Nasa launches Lunar Loo challenge

Rodiano Bonacci
Novembre 16, 2020

Therefore, the toilet is required to work in the microgravity of space (zero-g), as well as on the moon where the gravity is one-sixth of the Earth's. For the first place, you can be rewarded $20,000, $10,000 for second place, and $5,000 for third. "The process for using proposed toilet designs must be relatively straightforward", the agency said in a statement. The deadline for sending the designs is August 17, and they will name the winners in October.

Interbartolo, is project manager for the Lunar Loo Challenge, a NASA competition in partnership with HeroX launched on Thursday that hopes to attract new and innovative solutions to the problem of capturing and containing human waste in space.

NASA said that the astronauts exploring on the Moon will need a smaller, lighter, simpler toilet inside their lunar lander, because every ounce of mass on the lander is carefully allocated. The desired specifications of the space toilet are outlined on NASA's Lunar Loo guidelines page.

Another requirement on the toilet design was that it should also conserve water "help maintain a pristine environment inside the lander that is free of odours and other contaminants".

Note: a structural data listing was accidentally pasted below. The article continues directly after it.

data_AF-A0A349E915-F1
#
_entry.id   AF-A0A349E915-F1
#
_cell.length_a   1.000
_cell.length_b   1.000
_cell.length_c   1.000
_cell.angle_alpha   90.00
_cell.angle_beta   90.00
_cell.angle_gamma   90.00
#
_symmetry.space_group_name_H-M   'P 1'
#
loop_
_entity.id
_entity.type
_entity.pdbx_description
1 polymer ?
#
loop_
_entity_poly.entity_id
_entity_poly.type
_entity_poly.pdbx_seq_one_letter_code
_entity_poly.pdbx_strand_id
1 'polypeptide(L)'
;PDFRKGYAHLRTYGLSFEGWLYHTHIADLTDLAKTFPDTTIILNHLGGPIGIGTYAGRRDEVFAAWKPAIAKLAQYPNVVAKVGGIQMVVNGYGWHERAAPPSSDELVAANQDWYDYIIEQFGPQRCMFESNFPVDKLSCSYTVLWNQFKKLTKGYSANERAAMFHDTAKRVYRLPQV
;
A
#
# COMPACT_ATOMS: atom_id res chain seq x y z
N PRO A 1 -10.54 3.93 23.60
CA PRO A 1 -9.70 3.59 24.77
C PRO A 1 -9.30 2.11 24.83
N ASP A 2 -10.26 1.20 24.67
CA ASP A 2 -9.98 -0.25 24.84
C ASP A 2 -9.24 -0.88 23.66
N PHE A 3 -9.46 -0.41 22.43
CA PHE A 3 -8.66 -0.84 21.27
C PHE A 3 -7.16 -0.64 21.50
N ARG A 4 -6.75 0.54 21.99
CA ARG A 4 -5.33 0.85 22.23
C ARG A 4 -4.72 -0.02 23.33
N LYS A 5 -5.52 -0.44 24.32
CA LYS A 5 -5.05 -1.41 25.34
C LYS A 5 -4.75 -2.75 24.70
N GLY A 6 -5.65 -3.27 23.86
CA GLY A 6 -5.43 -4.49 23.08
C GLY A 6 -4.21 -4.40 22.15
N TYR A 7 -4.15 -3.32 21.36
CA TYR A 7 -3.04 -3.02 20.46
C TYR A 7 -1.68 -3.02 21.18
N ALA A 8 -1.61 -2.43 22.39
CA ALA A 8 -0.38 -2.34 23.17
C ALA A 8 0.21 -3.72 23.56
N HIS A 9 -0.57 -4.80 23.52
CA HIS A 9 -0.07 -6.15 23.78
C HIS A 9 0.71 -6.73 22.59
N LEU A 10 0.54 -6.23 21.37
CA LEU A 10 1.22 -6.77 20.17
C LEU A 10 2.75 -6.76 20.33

It should accommodate a crew of two astronauts for 14 days and allow the accumulated waste to be moved to storage or disposed of outside the spacecraft. This must also use less than 70 watts of power and make less noise than a typical bathroom fan.

Next time astronauts land on the Moon, they will have all sorts of advances the crew of Apollo 11 never dreamed of.

NASA said that while astronauts are in the cabin and out of their spacesuits, they will need a toilet that has all the same capabilities as ones here on Earth.

For example, it should not weigh more than 15 kg (on Earth), and despite that, be able to collect up to one liter of urine for each use, with an average of six uses per day for each group of astronauts. The current options are only designed for International Space Station (ISS), where there is no gravity.

Lunar surface gravity isn't the nearly absolute lack of gravity you see on the ISS, but it's just a fraction of what keeps us down on the home planet because the moon has less mass.

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